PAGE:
Vespa Unveils The Reborn Sprint
In 1966, Vespa’s latest model, the Super Sprint 90, combined a small, lightweight body, with a 125cc engine. At the time, it was Vespa’s premier sporty and athletic model. Today, Vespa is bringing the Sprint name back with two new models, the Sprint 125 and Sprint 50. As it did in the 60s, both new Sprint models now represent the sporty and “dynamic” range of the Vespa lineup.
Inspired by the design cues of the Primavera and Sprints of the past, the latest version replaces the Vespa S and offers numerous styling touches that set it apart from other scooters, while maintaining the classic Vespa look. The saddle is enhanced by a strictly black covering with a white line finish, a tribute to Vespa sport saddles. The fold-away bag hook is still at the end, contributing to increasing the cargo capacity. Also, the 4.4 gallon helmet compartment can easily accommodate a full face helmet thanks to the space created by moving the battery into the central tunnel of the footrest. The square-shaped passenger handgrip is also new, which, along with the placement of the footrest, ensures plenty of room for the pillion as a comfortable riding position for the pilot.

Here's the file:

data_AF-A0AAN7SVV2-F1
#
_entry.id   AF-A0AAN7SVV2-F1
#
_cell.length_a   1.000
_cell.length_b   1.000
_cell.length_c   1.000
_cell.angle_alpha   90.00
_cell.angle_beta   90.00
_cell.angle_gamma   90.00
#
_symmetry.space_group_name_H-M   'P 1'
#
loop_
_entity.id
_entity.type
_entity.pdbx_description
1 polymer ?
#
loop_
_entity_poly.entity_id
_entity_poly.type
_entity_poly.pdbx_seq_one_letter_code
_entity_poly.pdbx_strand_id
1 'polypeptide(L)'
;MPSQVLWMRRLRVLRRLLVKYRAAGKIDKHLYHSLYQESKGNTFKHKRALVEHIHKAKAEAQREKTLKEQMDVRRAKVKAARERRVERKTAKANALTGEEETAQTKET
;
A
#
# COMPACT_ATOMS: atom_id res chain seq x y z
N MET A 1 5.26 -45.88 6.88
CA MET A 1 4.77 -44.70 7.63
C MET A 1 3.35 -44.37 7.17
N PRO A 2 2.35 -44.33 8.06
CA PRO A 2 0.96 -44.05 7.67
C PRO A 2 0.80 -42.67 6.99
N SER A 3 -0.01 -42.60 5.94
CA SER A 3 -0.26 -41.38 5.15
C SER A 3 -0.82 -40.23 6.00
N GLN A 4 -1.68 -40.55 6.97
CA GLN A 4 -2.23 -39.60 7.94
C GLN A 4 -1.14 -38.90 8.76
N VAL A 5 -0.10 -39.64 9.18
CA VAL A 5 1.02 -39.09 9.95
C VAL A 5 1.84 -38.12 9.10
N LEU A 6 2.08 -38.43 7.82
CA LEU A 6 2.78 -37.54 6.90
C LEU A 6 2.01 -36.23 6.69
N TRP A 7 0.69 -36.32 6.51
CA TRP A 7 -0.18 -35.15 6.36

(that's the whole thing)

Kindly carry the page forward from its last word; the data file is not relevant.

The instrument panel is protected by a hint of a spoiler, and has a new black background for the speedometer. The multifunction digital display now has aggressive red backlighting, while the same color scheme is applied in the new finish of the “neck-tie” on the shield. The experience gained in the 946 project, can also be seen in the shape of the new rear-view mirrors. The headlight has the typical rectangular shape of sporty Vespas and features LED running lights in front. The rear brake light is also LED.
However, the most characteristic element on the Vespa Sprint are its beautiful 12 inch, aluminium alloy wheel rims. This is the first time that such diameter wheels and large tires are mounted on a Vespa “small body”, similar to the ones on the GTS series Vespas.
The Sprint receives numerous functional upgrades, including a strengthened chassis, increased engine mounting points for rigidity, a redesigned front suspension system, and a choice of three different engines.
The gem in the lineup is a three-valve, four-stroke 125cc engine, which Vespa engineers are said to have spent countless hours making more efficient than its predecessor. The result is an engine that burns very cleanly and returns excellent gas mileage, according to Vespa. It also weighs less than its two-valve predecessor. Of the two 50cc engines, one is two-stroke, the other four-stroke. Vespa claims the latter is the most powerful four-stroke 50cc engine in production, making just over four horses.
No word yet as to which models will be coming stateside, but it’s a safe bet to expect the 125 model here. The four-stroke 50 is a possibility, but with our strict emission laws, the two-stroke 50 will likely stay on the other side of the Atlantic. Pricing information has not been released as of this posting. Keep it here for more information when we get it.